More than 101,000 vaccines are now in the arms of Arizonans across the state.
Maricopa County alone reported that they’ve vaccinated nearly 59,000 people. But it’s still a far cry from where they wanted to be.
As of Tuesday, Arizona has given out just 24% of the vaccine it currently has on hand. An abysmal number especially compared to neighboring states. Colorado and New Mexico for instance have dealt out nearly 43% of their current supply.
“There’s so much variability across the country, and so much variability from state to state, and from county to county,” said Dr. Hani Mahmassani, a logistics expert at Northwestern University.
Those variables include who they prioritize, the size of the population, geography, outreach techniques, scheduling systems, and the number of vaccination sites. All of these factors make it difficult to understand why some are doing better than others.
“As in most states the ability to roll out, to actually vaccinate people, has not fully kept up with what has been received, and part of that is this is a holiday period,” said Dr. Mahmassani. “I’m going to be watching very closely the numbers this week because that’s going to be our first week of rollout where we don’t have vacation impact."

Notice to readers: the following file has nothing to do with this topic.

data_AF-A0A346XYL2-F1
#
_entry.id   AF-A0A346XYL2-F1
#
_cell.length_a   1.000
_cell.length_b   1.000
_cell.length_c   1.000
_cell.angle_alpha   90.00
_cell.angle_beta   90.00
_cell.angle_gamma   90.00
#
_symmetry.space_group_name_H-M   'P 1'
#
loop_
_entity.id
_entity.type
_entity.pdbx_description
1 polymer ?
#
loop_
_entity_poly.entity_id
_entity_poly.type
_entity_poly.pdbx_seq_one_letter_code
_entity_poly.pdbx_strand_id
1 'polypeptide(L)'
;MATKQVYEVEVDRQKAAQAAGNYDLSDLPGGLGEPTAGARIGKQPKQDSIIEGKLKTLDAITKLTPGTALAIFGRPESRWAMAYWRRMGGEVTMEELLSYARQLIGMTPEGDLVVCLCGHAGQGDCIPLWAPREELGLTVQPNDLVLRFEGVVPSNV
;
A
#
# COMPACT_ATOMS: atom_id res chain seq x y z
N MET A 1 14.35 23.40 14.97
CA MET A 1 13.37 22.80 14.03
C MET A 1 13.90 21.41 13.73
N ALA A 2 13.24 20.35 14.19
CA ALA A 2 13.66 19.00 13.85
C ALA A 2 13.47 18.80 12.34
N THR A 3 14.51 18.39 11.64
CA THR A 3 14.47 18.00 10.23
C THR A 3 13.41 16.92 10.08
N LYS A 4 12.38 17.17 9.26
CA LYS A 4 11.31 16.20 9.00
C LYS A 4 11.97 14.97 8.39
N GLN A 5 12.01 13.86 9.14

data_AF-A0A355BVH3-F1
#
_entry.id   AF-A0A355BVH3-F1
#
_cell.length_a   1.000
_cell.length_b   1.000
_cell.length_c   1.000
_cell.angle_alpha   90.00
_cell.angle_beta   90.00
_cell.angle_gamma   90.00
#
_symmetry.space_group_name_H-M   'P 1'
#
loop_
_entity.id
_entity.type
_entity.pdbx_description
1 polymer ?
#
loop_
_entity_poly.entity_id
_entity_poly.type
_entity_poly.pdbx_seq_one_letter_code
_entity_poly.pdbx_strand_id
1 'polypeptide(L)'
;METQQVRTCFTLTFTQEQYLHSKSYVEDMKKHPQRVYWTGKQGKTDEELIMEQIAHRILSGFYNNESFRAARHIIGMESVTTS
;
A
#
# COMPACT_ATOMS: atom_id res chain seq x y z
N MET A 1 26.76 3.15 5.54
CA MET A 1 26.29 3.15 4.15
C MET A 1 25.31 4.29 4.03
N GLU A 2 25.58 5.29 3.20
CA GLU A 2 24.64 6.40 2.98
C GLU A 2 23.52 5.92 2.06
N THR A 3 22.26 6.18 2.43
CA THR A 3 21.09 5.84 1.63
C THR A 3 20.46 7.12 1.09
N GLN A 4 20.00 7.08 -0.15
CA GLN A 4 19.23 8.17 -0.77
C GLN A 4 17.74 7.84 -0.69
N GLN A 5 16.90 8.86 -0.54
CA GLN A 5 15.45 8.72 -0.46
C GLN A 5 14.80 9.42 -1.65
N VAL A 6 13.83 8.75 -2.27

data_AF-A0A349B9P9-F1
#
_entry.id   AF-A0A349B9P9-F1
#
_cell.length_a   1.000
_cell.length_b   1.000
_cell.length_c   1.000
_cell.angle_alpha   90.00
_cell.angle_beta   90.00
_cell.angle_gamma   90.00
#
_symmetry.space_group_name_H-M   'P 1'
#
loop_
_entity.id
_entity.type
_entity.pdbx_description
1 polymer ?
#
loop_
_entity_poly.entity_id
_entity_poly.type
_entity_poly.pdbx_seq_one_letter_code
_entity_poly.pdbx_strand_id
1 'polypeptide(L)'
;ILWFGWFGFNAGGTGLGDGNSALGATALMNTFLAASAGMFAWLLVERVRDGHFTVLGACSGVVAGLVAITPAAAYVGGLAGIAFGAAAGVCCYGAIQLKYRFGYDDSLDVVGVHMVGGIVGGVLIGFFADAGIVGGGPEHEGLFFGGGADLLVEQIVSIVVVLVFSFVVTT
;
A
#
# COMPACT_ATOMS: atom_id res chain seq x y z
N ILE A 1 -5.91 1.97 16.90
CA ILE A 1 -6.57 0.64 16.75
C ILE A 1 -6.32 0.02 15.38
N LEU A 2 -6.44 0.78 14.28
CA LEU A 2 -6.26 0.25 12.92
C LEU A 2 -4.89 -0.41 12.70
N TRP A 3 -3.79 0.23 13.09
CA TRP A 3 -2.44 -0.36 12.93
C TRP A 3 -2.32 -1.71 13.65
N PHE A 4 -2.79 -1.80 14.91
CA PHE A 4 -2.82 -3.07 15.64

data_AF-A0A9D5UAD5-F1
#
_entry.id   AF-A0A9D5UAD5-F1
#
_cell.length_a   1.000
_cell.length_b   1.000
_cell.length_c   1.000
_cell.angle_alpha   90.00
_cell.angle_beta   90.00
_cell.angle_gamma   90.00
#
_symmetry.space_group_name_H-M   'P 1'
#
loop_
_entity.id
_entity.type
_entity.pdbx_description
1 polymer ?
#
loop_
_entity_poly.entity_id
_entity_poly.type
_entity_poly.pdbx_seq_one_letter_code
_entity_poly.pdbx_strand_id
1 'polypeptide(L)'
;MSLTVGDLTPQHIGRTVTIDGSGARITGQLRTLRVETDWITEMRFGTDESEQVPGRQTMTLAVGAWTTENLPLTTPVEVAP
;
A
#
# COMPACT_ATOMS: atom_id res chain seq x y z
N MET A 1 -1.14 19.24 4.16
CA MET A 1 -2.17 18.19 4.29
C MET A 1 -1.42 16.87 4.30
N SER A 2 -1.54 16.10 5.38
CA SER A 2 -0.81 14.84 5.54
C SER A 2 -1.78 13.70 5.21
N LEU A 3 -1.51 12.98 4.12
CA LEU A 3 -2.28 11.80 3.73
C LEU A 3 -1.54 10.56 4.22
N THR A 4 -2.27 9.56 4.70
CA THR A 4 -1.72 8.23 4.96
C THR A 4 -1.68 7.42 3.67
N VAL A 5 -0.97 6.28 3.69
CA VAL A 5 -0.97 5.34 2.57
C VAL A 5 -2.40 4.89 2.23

“As soon as that vaccine comes in, we’re getting it to people,” said Dr. David Basel with Avera Health in South Dakota during a press conference this week.
South Dakota health officials are touting their state's efforts. The state leads the nation and has used 62% of its doses so far. Health officials attribute the success to a robust electronic medical records system allowing them to contact eligible populations via email or text.
Dakota News Now Reporter Jacob Cersosimo weighed in.
“Just the collaboration between all of our healthcare systems in the state as well as the city and state governments, it’s made it simple for everybody,” said Cersosimo.
South Dakota’s population is tiny compared to Arizona where the initial rollout was plagued by scheduling glitches. The largest county, Maricopa, is only operating five vaccine locations, some of which have been closed.
Now the challenge will be to open up, staff, and provide vaccines to hundreds of new locations to speed up results, but when that will happen is still anyone's guess.
“I think what we’re going to start seeing this week and next week is going to be more representative I think of the ability of the states to deploy this and hopefully they’ve learned some lessons along the way as well,” said Dr. Mahmassani.